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Saturn is named for the Roman god of

agriculture. It has a thick atmosphere of

hydrogen and helium, which gradually

turns into an ocean of liquid hydrogen

and helium with increasing depth. Saturn

has about nine times the Earth's diam-

eter, about 100 times the Earth's mass,

and is about 10 times farther from the

sun. Saturn probably is best known for its

big, bright system of rings. Although the

other three big planets in the solar system

(Jupiter, Uranus, Neptune) also have rings

around them, only Saturn’s ring system is

bright enough to be seen even with small

telescopes. Its rings are composed of

LOTS of bits of ice all orbiting the planet

like little moons or satellites. Most of the

pieces of ice range in size from individual

ice crystals (like snowflakes) to snowball

size chunks; a few are larger, ranging

from automobile-size up to house-size

iceberg-like chunks.


Mars is named for the Roman god of war.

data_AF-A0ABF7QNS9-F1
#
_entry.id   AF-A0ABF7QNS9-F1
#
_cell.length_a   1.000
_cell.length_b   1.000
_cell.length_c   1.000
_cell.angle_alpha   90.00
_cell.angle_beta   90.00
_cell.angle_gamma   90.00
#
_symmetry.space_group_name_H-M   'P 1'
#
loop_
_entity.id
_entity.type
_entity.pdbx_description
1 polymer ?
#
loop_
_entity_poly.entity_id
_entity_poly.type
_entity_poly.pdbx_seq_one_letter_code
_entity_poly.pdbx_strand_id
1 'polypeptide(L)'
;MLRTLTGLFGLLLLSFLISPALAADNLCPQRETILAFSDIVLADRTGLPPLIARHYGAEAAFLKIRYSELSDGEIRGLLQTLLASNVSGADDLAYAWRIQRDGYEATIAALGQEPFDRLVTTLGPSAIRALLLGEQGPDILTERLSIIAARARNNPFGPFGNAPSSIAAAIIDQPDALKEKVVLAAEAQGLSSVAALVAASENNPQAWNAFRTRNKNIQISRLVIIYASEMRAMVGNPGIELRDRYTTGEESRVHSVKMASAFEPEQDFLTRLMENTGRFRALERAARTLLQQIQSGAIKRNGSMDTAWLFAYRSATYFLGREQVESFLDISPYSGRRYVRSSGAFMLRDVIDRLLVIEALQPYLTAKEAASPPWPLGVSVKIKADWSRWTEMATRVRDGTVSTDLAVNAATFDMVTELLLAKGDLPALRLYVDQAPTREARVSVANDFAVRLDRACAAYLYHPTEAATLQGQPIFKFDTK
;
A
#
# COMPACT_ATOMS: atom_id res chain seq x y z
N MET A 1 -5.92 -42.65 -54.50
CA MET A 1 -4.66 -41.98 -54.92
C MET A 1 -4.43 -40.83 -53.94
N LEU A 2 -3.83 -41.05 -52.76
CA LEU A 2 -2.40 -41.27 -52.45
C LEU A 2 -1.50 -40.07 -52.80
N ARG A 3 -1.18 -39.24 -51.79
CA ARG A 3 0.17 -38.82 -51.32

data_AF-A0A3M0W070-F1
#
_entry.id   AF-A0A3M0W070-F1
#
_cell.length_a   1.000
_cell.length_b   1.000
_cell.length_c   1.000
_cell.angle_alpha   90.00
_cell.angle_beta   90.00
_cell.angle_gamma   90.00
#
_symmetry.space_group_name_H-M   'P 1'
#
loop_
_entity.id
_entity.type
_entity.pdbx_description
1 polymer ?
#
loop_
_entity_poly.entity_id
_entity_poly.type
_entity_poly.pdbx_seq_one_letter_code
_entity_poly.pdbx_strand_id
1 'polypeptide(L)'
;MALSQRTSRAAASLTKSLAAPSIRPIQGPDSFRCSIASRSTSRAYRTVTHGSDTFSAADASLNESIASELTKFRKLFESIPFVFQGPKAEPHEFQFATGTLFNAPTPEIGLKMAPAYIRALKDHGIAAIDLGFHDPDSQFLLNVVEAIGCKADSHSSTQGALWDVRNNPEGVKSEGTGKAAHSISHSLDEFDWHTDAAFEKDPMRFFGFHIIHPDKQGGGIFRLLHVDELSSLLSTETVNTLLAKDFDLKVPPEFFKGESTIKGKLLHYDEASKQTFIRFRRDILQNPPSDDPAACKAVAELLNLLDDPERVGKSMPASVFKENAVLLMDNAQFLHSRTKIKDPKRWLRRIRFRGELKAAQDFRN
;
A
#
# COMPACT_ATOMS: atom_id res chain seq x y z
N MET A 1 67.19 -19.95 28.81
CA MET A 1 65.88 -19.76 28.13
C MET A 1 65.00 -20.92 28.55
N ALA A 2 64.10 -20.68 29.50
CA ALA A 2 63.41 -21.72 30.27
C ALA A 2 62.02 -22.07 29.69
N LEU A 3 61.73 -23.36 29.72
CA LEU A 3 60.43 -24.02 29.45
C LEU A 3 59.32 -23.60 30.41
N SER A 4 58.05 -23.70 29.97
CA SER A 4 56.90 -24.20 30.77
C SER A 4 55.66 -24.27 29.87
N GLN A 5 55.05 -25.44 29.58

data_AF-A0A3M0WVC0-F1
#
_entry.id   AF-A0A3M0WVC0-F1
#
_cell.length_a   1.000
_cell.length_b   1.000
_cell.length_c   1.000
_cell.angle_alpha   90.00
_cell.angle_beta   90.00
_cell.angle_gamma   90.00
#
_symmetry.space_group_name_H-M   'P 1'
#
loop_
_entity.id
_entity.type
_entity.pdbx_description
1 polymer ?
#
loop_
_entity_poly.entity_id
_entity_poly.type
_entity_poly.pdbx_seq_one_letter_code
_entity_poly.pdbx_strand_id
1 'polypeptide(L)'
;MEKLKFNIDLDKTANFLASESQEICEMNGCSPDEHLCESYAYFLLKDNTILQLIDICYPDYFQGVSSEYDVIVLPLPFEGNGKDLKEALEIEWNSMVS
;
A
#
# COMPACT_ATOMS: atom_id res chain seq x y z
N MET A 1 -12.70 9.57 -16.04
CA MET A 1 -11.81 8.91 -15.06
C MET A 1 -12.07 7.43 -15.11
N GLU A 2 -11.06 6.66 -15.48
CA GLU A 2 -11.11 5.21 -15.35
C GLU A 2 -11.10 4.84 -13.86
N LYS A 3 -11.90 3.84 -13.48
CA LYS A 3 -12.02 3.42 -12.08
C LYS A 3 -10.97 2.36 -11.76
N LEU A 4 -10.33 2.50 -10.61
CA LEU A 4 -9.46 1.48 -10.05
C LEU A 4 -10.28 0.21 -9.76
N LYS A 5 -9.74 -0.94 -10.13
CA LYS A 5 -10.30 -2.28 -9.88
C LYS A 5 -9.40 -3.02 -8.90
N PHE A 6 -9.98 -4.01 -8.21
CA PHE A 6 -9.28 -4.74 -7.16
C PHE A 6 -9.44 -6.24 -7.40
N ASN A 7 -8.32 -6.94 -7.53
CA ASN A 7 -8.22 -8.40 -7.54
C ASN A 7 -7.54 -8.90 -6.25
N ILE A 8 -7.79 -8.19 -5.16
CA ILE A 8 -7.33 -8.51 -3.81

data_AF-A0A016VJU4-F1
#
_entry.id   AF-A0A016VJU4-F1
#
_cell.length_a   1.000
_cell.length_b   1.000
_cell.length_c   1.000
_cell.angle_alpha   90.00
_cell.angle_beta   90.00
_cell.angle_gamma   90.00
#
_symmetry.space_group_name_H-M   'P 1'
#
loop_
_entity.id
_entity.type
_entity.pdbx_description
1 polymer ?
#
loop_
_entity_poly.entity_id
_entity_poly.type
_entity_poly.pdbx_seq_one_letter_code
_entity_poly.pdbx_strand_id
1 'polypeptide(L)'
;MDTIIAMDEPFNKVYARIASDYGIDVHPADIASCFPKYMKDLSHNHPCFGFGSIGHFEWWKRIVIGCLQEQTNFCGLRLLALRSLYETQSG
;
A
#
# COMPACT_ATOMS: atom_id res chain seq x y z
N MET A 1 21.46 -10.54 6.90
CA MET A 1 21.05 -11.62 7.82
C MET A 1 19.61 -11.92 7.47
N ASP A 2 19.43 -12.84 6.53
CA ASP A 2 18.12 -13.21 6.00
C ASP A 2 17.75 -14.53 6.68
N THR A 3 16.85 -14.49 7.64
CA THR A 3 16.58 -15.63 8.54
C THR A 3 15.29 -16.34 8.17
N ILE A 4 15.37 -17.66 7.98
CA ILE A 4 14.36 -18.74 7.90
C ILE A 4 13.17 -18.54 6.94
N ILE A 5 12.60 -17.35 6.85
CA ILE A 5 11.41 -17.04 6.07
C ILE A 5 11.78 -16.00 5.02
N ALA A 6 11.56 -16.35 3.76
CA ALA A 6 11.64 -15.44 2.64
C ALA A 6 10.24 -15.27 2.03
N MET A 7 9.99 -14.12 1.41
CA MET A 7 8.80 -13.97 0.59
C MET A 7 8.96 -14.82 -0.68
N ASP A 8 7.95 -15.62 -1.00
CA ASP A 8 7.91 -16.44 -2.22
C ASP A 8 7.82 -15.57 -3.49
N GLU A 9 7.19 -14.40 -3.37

Its orange-red color comes from iron

oxides (rust) in its rocks and soil. Mars has

about half the Earth's diameter, about 1/10

the Earth's mass, and is about 1.5 times

farther from the Sun. It has a thin atmo-

sphere of carbon dioxide, and an average

temperature well below the freezing point

of water.


The zodiacal light extends from the lower

right corner of the photo up towards Mars

and Saturn. It's produced by sunlight

reflecting off grains of dust in the ecliptic

plane. The ecliptic plane is the plane of

the Earth's orbit around the sun; all eight

major planets (Mercury, Venus, Earth,

Mars, Jupiter, Saturn, Uranus, Neptune)

have orbits around the sun that lie nearly

in the same plane.